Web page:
Apr 30, 2012
- 1 Welcome to Daytrotter
- 2 I Slept With All Your Mothers
- 3 I Get Scared
- 4 Soldier
- 5 Send 'Em Up
The Brilliance Of Delusions
Words by Sean Moeller, Illustration by Johnnie Cluney, Recording engineered by Danny Reisch at Good Danny's in Austin, Texas
There was this one twilight evening in Lodi, Wisconsin, in the fall of 2009. It might have started as a crisp one, but it quickly turned frigid, as the air temperature plummeted to 30 degrees below normal. Only the hot chocolate later on in the evening made anything bearable. We'd all just been over at the pumpkin launcher, sending some into a big lake across the way. The corn maze was inviting. The reverb silo was primed for a visit and Alex Casnoff's heavy piano had already been loaded up the wooden steps and into the barn. Out there, surrounded by a cruel autumn night, we stood behind the barn, on the fence as he and his bandmates at the time - he men of Dawes - ran around with some goats.
Casnoff was the new guy in the band and he was quiet. He played his piano and he sang his backing vocals just the way that they were meant to be sung, but we couldn't have possibly known what he was capable of at that time. He slipped in with the rolling caravan that we took from one cold barn to the next on that Barnstormer tour, but he was mostly an unknown quantity. The songs that you're about to hear are staggering. They knocked us completely the fuck out, when we heard them the first time a few months ago, so fully thought out and developed were they. These were hearty pieces of writing, full of impressive depth - the sorts of tales that could have come from the best pages of a Richard Yates or Raymond Carver short story. They were formative and incredible and terrifying all at the same time.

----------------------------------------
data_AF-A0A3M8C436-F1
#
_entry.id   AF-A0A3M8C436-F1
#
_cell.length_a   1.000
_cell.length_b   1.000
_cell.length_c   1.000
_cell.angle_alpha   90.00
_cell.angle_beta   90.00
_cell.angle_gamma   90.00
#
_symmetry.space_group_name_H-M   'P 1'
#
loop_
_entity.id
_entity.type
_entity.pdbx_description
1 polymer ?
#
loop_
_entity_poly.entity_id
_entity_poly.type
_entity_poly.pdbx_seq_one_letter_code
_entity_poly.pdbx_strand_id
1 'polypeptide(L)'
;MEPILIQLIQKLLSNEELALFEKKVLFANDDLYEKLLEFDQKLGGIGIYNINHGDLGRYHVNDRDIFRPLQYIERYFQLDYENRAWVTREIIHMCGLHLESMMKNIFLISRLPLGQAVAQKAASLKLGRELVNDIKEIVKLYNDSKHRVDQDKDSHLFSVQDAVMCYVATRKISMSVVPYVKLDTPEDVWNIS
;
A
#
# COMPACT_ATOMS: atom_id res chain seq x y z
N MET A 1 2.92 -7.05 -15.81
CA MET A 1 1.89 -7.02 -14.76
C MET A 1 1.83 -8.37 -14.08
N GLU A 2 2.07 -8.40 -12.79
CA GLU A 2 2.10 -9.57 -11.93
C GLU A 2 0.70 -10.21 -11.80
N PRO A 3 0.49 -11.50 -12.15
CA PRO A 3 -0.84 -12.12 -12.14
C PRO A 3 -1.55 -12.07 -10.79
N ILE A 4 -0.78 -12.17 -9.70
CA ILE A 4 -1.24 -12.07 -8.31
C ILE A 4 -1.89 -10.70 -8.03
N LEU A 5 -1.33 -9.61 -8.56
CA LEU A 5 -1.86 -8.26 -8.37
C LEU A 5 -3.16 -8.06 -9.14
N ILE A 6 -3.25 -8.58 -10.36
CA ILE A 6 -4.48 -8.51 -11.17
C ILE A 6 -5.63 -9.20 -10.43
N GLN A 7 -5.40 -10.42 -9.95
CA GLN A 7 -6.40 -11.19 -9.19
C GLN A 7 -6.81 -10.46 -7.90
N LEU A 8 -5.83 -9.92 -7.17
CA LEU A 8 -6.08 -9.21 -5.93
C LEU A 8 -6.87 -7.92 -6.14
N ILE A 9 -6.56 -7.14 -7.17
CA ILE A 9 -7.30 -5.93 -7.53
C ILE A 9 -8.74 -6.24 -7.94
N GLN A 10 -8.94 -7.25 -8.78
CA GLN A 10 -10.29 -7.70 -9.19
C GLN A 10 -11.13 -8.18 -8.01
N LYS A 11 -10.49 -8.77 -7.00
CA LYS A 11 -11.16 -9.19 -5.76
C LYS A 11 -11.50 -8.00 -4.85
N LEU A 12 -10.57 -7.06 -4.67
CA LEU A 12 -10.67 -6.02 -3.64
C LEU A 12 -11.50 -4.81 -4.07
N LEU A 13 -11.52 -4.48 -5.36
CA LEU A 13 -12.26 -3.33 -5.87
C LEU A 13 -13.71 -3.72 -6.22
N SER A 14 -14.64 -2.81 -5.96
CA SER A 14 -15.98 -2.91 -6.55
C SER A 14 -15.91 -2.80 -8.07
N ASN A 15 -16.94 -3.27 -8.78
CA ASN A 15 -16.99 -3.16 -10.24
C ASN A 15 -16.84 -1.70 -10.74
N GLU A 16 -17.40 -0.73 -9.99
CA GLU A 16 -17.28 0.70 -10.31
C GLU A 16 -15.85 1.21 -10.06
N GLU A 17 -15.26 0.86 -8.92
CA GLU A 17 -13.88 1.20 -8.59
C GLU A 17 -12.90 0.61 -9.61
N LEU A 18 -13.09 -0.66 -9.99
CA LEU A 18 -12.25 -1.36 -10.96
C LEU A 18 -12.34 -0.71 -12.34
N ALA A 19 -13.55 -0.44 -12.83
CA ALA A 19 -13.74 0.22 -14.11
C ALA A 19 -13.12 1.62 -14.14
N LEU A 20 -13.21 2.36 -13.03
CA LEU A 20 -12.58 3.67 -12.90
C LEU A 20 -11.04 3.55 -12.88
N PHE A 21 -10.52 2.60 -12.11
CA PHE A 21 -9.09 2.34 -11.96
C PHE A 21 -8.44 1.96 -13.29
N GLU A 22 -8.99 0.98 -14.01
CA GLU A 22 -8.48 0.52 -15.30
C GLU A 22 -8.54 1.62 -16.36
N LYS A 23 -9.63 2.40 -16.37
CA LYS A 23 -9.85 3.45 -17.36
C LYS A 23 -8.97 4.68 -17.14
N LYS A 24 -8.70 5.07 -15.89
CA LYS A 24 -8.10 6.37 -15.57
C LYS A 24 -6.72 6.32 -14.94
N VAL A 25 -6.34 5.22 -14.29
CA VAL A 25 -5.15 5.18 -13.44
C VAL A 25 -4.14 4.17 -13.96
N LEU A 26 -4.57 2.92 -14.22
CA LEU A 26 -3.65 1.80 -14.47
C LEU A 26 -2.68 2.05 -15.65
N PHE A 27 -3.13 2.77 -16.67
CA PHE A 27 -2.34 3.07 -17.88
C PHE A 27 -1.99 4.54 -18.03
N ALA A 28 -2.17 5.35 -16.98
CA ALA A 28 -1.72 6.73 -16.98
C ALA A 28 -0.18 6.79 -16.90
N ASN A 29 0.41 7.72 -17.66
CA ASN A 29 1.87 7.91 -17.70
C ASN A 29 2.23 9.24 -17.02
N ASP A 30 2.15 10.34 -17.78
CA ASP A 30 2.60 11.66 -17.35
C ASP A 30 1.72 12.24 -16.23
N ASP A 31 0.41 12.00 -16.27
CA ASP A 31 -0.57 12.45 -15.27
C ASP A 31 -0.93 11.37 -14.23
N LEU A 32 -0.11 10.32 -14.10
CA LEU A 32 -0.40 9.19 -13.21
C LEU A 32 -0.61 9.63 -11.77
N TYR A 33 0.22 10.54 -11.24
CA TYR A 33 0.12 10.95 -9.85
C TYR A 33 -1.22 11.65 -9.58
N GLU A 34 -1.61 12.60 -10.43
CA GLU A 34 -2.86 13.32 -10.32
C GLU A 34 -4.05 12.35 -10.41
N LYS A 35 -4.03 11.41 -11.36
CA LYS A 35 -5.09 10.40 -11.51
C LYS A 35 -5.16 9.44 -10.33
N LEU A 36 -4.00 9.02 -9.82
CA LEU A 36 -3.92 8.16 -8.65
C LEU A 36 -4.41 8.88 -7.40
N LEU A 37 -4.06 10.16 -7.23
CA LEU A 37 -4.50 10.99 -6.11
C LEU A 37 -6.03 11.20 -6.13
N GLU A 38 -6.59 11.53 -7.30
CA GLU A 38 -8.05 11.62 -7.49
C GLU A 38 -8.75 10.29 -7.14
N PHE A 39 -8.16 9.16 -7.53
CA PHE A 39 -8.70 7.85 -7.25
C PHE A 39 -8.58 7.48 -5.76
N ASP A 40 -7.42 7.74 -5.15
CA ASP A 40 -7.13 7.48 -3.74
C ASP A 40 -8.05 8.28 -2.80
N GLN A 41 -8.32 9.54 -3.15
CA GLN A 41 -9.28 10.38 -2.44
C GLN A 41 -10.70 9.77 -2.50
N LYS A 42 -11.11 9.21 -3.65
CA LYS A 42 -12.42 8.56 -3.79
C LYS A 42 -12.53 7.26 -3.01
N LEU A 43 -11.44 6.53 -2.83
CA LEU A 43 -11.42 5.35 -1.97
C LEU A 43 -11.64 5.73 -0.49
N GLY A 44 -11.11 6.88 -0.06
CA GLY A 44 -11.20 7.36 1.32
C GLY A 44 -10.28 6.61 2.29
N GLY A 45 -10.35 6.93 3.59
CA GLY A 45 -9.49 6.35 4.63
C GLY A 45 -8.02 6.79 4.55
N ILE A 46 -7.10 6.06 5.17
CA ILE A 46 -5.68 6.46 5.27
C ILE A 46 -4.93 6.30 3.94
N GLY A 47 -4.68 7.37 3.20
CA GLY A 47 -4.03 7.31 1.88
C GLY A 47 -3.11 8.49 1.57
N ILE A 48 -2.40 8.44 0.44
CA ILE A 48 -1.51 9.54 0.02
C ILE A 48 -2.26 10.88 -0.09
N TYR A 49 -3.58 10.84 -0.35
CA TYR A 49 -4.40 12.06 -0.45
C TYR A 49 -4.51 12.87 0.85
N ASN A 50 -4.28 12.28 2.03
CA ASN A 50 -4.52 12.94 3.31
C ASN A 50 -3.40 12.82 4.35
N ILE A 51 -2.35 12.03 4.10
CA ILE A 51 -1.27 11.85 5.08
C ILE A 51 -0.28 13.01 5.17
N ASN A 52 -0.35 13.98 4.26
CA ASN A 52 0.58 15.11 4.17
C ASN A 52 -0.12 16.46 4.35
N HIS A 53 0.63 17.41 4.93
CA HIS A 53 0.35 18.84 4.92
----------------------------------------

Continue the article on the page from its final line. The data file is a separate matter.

Casnoff writes with a distinctive kind of fire that's like nothing we've heard in a very long time. It feels hurt, wounded and it feels paranoid. It feels delusional and destructive. It feels so damned literary and passionate that you find that you just keep listening, with every other line being so worth revisiting and analyzing even further. It's so well put together - all of these songs that appear to be about people coming apart at the seams. You get the impression that some of these stories are the kinds that doctors at VA hospitals here from veterans who have been floundering in trauma and their own inner turmoil since their days in whatever war they wished they'd never been in. There are adjustment issues littered throughout the songs and the protagonists are all very vocal that they've been wronged, or they've been had. Who knows if any of it's actually true, but the conviction invested in the telling, in the shouting is powerful. The spilling out claims us.
Harriet Official Site